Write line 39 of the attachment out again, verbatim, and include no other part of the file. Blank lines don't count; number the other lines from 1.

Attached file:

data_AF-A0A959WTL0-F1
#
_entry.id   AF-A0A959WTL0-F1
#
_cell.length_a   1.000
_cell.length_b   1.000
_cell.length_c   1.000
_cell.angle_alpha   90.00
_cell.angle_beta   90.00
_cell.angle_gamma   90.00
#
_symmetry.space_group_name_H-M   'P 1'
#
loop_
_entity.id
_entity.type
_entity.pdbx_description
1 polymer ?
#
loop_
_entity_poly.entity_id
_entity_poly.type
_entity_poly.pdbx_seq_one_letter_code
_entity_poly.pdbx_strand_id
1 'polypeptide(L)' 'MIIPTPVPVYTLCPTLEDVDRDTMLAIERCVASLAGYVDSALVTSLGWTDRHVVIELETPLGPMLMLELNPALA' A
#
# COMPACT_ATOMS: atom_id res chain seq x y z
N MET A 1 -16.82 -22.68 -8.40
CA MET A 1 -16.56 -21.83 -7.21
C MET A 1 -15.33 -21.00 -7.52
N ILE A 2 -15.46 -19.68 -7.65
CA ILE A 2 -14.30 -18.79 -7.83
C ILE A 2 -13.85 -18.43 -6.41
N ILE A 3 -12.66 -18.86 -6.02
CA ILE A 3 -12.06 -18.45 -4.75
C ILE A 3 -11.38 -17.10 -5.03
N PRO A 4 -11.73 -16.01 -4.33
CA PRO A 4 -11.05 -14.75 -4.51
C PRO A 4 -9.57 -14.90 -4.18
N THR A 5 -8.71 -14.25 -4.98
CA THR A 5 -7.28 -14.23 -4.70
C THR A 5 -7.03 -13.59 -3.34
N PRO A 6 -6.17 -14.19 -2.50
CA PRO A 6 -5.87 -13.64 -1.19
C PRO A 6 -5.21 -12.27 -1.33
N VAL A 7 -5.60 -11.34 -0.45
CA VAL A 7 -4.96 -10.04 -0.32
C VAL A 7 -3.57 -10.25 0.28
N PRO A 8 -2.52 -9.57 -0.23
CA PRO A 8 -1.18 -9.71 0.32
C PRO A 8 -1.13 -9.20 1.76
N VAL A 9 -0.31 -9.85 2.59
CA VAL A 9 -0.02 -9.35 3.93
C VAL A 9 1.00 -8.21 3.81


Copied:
C PRO A 4 -9.57 -14.90 -4.18